UK Consortium on Mesoscale Engineering Sciences


WP G - Multiscale Simulation and Optimisation

Lead: Mark Savill

The use of LBM with LES, as considered by Savill's group at Cranfield, is one of several ways in which LBM can be incorporated in an appropriate hierarchy of CFD methods to address multi-scale fluid effects. This is required if we are to move beyond current established multi-objective, multi-disciplinary, and multi-physics design optimisation capabilities to address true multi-scale simulation and optimisation; an objective which has been recognised as one of the current Engineering Grand Challenges identified by EPSRC. The fact that LBM can handle multi-phase flow with phase change opens up the possibility of extending such optimisation to fluid-solidification problems in a more natural manner than has previously prove possible. In particular existing work on aerodynamic icing using coupled Navier-Stokes and Lagrangian water droplet tracking codes, with specialist splashing, wetting, and thin -film heat transfer treatments, may be superseded by use of LBM for both the core and surface flow interactions. This is already the subject of work at Cranfield with recent Airbus/EPSRC CASE PhD & EngD activities continuing via ATI and MSc projects. 

Alistair Revell (Manchester University) is separately pursuing the use of LBM in conjunction with Smooth Particle Hydrodynamics as Co-Investigator for an EPSRC X-Med project on Extreme Loading of Marine Energy Devices due to waves, currents, flotsam and mammal impact. This provides an opportunity to compare and contrast these two mesh-less solution methods for impact of rigid and flexible objects with a moving turbine, and thus enable their cross-validation. Such model validation remains crucial to build confidence in handling such challenging and highly complex real-world fluid-structure interactions.  

A first WPG workshop was held at UCL on December 17th, 2014, attended by 10 representatives of participating consortium groups with presentations by Cranfield (Prof.Savill & Dr. Timos Kipouros); UCL (Prof. Kai Luo & Dr. Daniel Lycett-Brown; Leeds (Dr. Mark Wilson & Nicholas Delbosc); and attendance of Michael Seaton (Daresbury STFC), Rupert Nash (Edinburgh EPCC), Joe O'Connor (Manchester for Revell).  A second WPG discussion group meeting , with inputs from groups at Cambridge (Kipouros), Cranfield (Savill), Huddersfield (Krysztof Kubiak), Leeds (Summers) and Sheffield (Rongshan Qin), was held as a session within the UKCOMES Annual Workshop at UCL on December 17th , 2015; with representatives from Brunel, Daresbury, EPCC, Manchester, NextLimit Dynamics, and UCL also in attendance.  These workshops identified the exciting possibilities opening up for topology optimisation and real-time simulation/optimisation, as well as new prospects for deploying LBM for acoustic analyses.

The work of WPG within UKCOMES has also been reported and discussed at successive STFC CCP Steering Panel meetings at Daresbury and Rutherford Appleton Laboratories.  A wider collaboration across the work package topics, involving consortium participants as well as co-operating groups outside the UK, has been initiated also with additional Early Access Support from the STFC Hartree Centre for comparative NS and LBM Simulations by separately funded RA and PhD researchers.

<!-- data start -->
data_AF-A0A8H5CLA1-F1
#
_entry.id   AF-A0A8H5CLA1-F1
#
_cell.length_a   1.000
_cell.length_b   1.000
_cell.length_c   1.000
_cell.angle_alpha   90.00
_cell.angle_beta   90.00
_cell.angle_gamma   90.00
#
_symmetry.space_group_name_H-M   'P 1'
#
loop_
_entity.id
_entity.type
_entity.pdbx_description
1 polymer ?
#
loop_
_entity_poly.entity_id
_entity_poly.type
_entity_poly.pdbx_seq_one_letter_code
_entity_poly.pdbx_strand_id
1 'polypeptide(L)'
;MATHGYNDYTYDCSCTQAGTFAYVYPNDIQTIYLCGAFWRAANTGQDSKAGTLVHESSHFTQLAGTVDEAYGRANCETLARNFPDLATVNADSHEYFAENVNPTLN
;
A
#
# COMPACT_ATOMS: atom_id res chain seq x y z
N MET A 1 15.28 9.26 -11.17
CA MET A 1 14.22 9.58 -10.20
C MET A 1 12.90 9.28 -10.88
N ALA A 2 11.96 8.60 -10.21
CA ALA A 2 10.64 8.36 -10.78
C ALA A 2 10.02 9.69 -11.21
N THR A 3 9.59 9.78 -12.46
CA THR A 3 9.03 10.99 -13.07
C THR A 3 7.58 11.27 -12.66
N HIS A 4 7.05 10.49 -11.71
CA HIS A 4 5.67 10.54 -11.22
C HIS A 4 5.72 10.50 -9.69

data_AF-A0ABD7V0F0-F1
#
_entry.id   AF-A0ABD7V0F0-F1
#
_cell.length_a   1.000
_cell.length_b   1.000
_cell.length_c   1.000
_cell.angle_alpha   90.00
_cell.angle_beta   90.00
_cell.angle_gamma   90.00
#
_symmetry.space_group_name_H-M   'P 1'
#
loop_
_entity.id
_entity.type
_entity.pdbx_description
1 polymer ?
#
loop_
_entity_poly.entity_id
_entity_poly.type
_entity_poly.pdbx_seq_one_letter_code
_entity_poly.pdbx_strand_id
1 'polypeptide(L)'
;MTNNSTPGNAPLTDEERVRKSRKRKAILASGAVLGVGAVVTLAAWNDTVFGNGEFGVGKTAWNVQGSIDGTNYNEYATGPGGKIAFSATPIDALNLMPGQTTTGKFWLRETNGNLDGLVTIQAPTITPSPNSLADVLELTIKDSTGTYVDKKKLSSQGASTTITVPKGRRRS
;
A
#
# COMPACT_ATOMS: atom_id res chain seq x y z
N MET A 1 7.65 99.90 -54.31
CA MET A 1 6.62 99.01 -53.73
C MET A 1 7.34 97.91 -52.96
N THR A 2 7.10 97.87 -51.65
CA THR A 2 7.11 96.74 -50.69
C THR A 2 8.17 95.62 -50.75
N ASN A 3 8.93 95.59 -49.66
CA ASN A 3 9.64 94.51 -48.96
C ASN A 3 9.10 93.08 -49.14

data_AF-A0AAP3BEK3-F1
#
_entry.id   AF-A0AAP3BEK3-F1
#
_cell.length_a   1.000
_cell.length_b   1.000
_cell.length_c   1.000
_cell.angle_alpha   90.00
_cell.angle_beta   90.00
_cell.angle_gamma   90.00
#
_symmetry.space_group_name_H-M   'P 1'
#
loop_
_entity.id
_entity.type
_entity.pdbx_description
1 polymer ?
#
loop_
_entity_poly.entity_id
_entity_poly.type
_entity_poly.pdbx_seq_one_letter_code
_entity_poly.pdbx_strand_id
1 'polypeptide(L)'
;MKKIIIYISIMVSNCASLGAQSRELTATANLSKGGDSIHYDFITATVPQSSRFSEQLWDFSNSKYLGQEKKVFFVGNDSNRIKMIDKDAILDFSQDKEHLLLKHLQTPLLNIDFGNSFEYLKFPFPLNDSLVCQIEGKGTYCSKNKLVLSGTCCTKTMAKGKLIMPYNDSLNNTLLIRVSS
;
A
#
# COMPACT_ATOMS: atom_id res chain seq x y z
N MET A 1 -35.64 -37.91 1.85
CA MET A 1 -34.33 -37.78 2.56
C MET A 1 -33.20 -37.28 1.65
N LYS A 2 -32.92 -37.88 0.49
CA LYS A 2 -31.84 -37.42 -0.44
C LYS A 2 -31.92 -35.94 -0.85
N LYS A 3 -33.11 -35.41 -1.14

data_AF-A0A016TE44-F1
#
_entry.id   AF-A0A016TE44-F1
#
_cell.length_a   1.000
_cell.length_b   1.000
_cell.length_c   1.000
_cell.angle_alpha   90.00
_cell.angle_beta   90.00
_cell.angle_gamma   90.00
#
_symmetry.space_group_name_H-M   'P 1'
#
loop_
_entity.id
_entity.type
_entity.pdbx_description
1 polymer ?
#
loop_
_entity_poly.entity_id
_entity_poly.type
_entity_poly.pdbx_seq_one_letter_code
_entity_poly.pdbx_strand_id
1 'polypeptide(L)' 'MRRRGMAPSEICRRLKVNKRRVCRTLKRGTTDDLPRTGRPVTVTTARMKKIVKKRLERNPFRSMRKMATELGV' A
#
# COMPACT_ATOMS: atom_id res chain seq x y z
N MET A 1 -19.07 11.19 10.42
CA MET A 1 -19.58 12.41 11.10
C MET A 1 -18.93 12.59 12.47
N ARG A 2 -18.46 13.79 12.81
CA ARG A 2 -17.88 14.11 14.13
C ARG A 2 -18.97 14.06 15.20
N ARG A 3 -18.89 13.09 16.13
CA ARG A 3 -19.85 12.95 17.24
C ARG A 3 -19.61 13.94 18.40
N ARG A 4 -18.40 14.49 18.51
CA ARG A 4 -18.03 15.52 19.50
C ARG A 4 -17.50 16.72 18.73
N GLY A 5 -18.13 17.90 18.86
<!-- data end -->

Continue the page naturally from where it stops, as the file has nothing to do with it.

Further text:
Two (international and national) test cases have been established: a baffled micro-reactor configuration for fluid mixing; and a micro-combustor geometry for electrical power generation or thrusters propulsion - URANS, LES and DNS data are already available for these to allow multiscale evaluation against LBM. 

 Additionally Krysztof Kubiak at Huddersfield University has now extended the Leeds multi-phase LBM research code to design optimisation for super hydrophobic surfaces, while other groups have started using LBM for simpler parametric optimisation applications - in particular non-obtrusive electric field methods for controlling particulate impurities in molten metal casting  by Rongshan Quin at Sheffield University.

CPU-based work initiated with the first consortium PDRA (Daniel Lycett-Brown) for cross-comparing the Southampton/UCL LBM code with the Cranfield one in 2D and then 3D for the micro-reactor case, will be completed once a further researcher is in place;  before moving onto DL_MESO for the micro-combustor mixing case. This will then allow the extension to combustion LBM to be explored.

Daniel Lycett-Brown has meantime moved to NextLimit Dynamics who promote the commercial LBM code XFlow; joining Professor Savill's former EngD student, Giuseppe Trapani, and being joined by Nicholas Delbosc in 2016. This has opened up the possibility to greatly strengthen our industrial collaboration, with a focus especially towards aeroacoustic/MDO applications and more effective interactive optimisation generally. 

A  first integration of LBM for micro-fluidic design optimisation within a GPU environment has been achieved at Cranfield; speeding up the process by a factor of more than 50, resulting in a much richer and more detailed design space exploration.  Further extension to incorporate a more flexible, level-set geometry representation has now provided even further speed up and allowed very general parameterisation required to move towards fully topological Multi-Disciplinary Optimisation. A next development will involve coupling and sharing of code between the Cambridge/Cranfield and Leeds groups to incorporate on-the-fly visualisation within a fully interactive design optimisation environment.

The experience gained in porting under CUDA has already benefitted GPU porting by Daresbury of the UCL medical flow code HEME_LB for patient-specific computational analysis, and ultimately guided surgical intervention. Similar attention will next be transferred to porting DL_MESO also.